Protection motivation theory has been adopted to understand the driver of information security behaviors broadly. Based on theoretical arguments and empirical results, security behaviors are driven by individuals’ appraisal toward threats and coping. However, while most study focus on the impacts of independent variables on dependent variables, previous studies largely ignore a fact that, under certain conditions, individuals tend to weight the importance of threat (or coping) appraisal more. Given that the goal of security behavior is to protection information and individuals may be oriented to the goal differently, we argue that the magnitude of the impacts of threat and coping appraisal may be contingent on individuals’ goal orientation. Specifically, this study attempts to integrate protection motivation theory with regulatory focus theory and explore whether (1) threat appraisal is more critical when prevention focus in high and (2) coping appraisal generates more impact when promotion focus is high. By integrating protection motivation theory with regulatory focus theory and revealing the moderating roles of regulatory focus on protection motivations, we expect to contribute to protection motivation theory by showing the effects of threat and coping appraisal may be contingent on certain conditions.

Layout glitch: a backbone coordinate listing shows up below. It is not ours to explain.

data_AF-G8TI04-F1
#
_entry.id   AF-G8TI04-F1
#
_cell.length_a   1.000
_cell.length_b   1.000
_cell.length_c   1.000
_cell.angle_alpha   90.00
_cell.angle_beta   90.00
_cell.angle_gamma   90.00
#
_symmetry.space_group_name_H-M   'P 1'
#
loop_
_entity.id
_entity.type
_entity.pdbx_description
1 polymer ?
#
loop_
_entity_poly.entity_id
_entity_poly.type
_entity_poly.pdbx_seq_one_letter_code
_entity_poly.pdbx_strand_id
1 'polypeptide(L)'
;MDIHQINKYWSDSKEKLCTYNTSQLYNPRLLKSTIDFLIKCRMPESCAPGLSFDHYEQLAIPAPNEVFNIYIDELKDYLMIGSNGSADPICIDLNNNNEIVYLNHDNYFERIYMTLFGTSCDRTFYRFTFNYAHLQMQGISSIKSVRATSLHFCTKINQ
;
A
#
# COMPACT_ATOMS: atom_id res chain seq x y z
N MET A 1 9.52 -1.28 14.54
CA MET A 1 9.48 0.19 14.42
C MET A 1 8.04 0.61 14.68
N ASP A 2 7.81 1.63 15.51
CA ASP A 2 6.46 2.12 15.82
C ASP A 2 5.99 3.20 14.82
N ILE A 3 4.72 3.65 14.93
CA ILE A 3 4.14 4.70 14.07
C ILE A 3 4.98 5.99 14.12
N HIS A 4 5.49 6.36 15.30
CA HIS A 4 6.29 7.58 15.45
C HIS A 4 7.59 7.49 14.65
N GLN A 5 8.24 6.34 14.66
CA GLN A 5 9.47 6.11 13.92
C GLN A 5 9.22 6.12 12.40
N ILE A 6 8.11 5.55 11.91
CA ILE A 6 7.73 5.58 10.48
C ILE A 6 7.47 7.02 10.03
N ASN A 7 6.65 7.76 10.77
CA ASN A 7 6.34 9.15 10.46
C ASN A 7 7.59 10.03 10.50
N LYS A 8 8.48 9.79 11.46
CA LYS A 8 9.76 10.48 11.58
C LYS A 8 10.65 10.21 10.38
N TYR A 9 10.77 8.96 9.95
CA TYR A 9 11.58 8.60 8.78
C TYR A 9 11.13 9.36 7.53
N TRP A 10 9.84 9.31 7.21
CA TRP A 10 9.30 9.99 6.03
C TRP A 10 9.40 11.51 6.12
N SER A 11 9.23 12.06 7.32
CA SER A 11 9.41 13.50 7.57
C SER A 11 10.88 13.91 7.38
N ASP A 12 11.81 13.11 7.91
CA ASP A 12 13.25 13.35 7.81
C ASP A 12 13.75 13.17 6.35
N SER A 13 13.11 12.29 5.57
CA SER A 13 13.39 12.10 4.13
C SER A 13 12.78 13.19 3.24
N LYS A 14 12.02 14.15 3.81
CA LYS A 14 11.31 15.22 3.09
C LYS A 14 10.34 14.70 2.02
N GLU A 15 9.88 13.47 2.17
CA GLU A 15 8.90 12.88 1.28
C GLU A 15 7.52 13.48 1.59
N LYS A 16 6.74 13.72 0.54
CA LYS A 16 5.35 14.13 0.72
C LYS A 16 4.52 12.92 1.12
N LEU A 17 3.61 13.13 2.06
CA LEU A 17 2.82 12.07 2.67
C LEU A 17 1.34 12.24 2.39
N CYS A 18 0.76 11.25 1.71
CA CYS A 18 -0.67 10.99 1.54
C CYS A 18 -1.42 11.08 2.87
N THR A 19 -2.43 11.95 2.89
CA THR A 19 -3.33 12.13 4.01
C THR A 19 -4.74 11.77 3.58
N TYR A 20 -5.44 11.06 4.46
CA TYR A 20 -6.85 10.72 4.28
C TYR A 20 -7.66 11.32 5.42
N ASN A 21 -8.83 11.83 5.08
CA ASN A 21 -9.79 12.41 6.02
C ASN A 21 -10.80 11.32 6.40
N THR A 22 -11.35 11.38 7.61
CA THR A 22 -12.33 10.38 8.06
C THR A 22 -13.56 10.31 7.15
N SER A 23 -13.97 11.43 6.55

Proceedings of Pre-ICIS 2015 Workshop on Information Security and Privacy